The other day I wrote about “good” fights. The times when somehow, against all odds, and all our emotion, and in spite of our bent towards holding grudges, with God’s help, we address conflict and come out on the other side…Maybe more whole. More compassionate. With a better understanding of grace. With a little clearer picture of redemption.
I outlined some steps that have been helpful to me, but…”1,2,3 steps” are always dangerous. I really wish we lived in a “1,2,3 voila!” world, but we don’t.
What about when a “good fight” goes bad?
Many years ago when I was first learning about what Jesus would ask of me regarding conflict I had a situation with a neighbor friend involving our kids. I really, truly felt I had gone through each of the steps to handle our disagreement in a healthy way.
I prayed like crazy! I examined my heart and thought I owned my part! I was calm for Pete’s sake!! I was warmly assertive and humble, darn it!
We sat at my kitchen table and you know how she responded?
Yep, she blew up. She attacked me with a force that rocked me on my heels.
I was stunned. And after she left I sobbed for 24 hours.
Where had I gone wrong??? I did all the steps!!!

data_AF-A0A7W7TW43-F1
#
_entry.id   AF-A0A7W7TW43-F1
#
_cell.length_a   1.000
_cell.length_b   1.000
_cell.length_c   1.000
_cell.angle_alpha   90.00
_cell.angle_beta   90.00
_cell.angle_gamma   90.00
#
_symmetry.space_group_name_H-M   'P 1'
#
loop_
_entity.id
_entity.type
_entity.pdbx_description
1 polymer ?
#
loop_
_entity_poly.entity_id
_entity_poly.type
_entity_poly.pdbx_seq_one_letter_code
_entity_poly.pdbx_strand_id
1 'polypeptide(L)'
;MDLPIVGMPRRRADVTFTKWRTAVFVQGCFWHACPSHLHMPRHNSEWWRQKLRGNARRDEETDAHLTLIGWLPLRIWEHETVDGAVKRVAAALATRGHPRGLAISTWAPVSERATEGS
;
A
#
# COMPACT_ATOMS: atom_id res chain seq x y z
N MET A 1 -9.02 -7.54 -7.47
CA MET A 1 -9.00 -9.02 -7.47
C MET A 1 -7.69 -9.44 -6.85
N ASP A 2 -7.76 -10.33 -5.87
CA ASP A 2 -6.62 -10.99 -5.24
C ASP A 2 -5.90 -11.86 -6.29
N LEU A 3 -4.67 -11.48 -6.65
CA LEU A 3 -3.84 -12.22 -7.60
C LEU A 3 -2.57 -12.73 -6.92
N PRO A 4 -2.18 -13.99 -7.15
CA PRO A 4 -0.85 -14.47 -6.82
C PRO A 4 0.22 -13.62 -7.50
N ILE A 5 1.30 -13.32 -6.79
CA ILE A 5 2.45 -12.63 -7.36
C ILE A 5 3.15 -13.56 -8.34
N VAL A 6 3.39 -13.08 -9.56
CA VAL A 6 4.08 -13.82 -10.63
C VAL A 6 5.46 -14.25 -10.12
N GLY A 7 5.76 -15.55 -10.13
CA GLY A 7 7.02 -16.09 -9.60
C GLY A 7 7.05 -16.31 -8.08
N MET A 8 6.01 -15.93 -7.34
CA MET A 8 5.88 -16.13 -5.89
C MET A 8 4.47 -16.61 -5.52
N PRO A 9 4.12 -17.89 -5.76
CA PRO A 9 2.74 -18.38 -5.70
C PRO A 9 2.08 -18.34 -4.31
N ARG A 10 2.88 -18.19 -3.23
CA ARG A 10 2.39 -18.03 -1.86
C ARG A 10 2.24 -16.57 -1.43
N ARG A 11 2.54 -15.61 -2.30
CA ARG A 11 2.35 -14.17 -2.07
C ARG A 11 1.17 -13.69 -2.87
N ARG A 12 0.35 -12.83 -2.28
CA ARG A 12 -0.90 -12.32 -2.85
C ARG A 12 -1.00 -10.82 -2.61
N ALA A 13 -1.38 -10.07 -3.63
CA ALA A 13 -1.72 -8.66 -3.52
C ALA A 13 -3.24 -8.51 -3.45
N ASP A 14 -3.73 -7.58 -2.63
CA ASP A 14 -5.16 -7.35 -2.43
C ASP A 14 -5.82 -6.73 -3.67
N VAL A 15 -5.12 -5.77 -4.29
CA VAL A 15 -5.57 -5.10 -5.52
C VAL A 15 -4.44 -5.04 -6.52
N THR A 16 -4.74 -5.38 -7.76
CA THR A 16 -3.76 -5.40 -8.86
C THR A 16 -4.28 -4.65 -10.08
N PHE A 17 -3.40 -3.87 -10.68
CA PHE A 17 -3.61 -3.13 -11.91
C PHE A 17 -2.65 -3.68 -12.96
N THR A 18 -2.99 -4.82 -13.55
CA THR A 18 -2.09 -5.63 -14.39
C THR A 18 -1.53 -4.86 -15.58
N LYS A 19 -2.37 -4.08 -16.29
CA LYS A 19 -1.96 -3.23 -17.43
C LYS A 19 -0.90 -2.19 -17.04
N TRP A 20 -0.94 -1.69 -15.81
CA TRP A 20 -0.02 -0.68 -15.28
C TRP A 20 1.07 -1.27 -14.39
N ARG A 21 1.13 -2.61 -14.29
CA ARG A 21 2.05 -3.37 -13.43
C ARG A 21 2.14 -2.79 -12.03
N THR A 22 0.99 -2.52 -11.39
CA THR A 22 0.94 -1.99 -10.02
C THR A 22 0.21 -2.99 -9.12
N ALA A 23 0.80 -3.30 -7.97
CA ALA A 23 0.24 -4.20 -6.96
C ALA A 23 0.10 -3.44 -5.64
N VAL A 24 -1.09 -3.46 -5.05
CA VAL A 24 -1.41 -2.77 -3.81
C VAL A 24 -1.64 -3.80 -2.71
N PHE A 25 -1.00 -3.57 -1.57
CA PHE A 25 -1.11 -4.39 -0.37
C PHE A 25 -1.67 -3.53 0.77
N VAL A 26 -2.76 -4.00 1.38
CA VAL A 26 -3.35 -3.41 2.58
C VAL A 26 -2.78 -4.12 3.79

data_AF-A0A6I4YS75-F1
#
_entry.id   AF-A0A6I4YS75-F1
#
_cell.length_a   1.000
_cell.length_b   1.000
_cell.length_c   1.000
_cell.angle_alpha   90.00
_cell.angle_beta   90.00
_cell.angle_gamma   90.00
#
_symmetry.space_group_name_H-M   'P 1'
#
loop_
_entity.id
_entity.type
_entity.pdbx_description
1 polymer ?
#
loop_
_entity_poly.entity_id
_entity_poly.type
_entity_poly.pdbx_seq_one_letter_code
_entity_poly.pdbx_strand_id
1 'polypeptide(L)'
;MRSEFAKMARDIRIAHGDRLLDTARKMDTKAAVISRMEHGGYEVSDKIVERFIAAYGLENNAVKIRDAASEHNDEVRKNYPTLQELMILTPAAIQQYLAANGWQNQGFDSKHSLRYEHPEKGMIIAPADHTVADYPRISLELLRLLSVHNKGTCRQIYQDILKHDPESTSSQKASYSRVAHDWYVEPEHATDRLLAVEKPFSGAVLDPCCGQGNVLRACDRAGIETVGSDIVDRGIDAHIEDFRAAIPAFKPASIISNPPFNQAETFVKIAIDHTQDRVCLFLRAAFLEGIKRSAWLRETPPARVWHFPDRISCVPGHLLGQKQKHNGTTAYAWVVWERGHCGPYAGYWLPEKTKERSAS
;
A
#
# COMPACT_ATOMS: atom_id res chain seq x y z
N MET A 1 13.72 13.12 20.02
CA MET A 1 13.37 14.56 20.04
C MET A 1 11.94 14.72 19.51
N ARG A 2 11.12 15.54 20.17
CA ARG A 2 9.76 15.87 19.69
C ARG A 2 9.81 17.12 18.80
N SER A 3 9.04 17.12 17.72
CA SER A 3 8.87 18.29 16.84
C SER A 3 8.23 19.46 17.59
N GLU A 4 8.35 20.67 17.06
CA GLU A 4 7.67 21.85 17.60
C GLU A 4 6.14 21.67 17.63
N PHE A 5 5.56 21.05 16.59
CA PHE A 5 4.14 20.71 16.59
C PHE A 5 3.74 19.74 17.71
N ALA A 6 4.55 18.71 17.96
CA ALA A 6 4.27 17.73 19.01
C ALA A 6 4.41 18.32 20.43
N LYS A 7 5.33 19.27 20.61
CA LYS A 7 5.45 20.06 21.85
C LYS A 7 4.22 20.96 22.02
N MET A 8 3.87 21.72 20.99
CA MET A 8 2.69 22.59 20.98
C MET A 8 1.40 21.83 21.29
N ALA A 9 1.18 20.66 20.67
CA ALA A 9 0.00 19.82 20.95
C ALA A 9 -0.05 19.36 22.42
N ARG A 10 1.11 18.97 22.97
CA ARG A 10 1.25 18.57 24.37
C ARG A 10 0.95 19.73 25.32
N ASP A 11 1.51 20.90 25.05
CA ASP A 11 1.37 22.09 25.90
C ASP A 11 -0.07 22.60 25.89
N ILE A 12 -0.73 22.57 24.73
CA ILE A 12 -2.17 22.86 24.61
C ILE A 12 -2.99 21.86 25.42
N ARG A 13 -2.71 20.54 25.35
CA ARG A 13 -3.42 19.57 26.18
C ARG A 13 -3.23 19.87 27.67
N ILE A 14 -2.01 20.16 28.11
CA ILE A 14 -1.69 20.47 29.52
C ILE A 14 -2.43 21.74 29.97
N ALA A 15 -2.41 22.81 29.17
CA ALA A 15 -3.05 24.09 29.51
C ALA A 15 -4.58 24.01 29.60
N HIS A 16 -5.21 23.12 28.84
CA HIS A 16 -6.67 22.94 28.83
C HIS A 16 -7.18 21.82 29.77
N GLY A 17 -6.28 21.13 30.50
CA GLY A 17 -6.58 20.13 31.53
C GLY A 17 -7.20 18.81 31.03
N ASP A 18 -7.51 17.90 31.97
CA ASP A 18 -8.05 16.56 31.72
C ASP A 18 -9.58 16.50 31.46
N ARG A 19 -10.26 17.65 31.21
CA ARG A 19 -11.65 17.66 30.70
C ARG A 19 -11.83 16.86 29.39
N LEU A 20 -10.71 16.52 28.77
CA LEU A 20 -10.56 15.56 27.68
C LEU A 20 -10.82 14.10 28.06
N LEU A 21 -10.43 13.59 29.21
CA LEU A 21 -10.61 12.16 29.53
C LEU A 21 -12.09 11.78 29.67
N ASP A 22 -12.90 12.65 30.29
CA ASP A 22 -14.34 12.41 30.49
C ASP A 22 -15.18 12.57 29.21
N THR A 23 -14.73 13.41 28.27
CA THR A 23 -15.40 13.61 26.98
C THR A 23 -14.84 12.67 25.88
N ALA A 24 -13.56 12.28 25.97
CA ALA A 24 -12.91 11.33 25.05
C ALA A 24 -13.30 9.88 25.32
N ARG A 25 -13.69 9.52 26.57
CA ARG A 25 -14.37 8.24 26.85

After I was done crying and John had put in hours of cuddling and listening and trying not to just fix, I took a step back and said, “Lord, what the heck????”
Here are some of the things I learned then that have been reinforced over the years…
- Conflict is only as healthy as both of the individuals. Hurting people hurt people. Always look beneath the surface. The more personally you know the other, (and yourself!) the better you may understand the root of the conflict. Sometimes the best thing we can do is get counseling for ourselves. 🙂
- The heart is deceitful above all things (both yours and theirs). We all have blind spots. When what I mean to be a “good” fight goes “bad”, it’s easy to see where the other person is “blind”, but I need to circle back to my own heart and motives and ask “Lord, is there something I missed?” (This is always a great question to ask of the person you’re in conflict with too – “Help me understand what I’ve missed”)
- You can only do your part. You can’t control the response of the other. If you’ve searched your heart with the Lord and done your best to forgive and ask forgiveness, to listen, and to work towards reconciliation, you need to open your hands and let go. Continue to pray. Continue to offer grace, but do it with open hands. It may be, that in the future the person will circle back to you, but you can’t force reconciliation.
Those are a few of the things I’m learning, but it’s such a process!! What about you? What has your experience been and what are you learning?